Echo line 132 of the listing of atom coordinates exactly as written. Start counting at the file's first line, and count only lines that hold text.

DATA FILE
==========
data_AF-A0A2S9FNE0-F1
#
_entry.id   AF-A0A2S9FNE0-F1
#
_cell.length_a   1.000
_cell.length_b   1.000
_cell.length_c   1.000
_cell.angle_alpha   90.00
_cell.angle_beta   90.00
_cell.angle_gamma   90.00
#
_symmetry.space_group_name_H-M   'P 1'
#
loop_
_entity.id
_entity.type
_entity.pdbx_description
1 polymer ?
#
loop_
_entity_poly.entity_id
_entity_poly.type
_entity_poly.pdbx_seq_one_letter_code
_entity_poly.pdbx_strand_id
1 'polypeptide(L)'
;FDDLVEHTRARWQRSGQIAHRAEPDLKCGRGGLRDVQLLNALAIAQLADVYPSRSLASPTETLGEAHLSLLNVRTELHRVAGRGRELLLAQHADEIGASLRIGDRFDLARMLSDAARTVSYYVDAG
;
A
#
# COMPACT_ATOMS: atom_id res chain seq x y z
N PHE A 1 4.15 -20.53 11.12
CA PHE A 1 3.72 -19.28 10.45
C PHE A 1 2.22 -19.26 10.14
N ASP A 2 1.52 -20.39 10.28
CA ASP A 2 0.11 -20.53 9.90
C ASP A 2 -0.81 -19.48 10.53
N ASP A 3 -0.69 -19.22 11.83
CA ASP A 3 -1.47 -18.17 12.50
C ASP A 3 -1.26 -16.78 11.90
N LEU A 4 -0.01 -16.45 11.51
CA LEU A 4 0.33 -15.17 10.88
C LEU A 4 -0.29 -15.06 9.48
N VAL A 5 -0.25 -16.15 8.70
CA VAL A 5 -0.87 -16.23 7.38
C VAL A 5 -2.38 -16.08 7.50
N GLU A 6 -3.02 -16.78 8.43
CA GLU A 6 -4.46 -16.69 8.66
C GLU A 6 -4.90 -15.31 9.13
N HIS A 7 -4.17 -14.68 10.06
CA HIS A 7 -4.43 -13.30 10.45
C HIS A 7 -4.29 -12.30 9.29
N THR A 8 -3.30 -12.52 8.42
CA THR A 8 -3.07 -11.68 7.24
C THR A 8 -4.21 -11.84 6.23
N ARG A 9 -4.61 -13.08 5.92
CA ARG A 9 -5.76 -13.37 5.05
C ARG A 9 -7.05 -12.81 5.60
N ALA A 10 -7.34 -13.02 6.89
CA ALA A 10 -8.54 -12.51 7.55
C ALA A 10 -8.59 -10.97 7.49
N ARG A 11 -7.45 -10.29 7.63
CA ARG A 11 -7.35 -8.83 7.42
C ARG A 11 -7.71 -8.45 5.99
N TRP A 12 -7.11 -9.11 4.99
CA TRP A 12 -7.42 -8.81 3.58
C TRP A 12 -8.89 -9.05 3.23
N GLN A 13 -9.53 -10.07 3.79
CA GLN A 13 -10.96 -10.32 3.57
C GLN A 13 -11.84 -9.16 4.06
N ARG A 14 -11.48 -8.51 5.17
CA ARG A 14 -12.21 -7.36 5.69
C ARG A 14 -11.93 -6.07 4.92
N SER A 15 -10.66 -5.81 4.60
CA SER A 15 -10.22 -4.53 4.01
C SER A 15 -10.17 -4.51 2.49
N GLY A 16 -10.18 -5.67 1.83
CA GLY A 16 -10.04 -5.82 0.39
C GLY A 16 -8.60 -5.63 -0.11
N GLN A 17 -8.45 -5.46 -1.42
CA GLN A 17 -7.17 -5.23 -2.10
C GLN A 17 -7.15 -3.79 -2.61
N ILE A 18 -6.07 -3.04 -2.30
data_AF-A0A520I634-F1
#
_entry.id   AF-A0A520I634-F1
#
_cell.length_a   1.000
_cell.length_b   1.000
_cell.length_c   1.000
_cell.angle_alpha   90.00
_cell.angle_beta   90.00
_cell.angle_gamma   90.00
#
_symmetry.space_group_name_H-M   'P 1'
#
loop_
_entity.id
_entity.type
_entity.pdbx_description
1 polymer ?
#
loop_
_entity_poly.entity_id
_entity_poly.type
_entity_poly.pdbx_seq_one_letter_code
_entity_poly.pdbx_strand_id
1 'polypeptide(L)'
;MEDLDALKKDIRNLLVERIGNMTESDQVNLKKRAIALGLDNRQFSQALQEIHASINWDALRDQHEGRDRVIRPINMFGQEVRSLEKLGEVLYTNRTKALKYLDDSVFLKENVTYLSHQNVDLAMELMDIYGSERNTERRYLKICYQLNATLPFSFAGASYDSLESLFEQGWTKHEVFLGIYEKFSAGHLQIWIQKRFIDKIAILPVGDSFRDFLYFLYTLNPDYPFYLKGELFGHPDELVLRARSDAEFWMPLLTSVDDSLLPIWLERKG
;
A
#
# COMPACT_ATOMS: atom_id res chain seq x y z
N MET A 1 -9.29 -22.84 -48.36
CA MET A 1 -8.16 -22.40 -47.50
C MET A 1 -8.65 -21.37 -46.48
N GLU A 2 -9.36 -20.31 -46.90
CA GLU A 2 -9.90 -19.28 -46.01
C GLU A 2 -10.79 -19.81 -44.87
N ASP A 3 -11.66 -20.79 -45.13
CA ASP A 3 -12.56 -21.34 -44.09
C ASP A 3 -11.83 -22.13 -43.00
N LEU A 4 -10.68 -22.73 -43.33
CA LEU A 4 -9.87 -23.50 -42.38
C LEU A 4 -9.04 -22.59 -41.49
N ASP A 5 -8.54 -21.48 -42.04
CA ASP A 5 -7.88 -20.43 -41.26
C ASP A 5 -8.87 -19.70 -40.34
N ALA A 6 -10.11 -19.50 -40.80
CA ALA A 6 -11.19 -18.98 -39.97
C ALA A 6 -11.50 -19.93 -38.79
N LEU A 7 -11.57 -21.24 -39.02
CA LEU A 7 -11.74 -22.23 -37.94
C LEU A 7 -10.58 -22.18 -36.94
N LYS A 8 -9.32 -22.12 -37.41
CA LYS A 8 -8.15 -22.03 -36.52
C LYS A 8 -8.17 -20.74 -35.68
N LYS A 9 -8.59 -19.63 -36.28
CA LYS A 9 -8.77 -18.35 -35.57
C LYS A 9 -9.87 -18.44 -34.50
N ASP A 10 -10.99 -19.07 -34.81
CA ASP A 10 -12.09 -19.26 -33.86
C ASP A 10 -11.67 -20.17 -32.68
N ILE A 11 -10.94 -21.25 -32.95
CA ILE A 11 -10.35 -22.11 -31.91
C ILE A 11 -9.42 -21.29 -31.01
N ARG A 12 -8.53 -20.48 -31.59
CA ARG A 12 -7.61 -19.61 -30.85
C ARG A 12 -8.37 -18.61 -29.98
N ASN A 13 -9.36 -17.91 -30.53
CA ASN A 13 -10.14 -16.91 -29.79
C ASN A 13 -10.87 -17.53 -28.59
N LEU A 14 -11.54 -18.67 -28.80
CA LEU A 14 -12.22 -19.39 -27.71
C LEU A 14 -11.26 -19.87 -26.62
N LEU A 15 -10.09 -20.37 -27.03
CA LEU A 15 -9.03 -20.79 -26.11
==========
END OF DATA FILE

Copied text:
CA LEU A 7 -11.74 -22.23 -37.94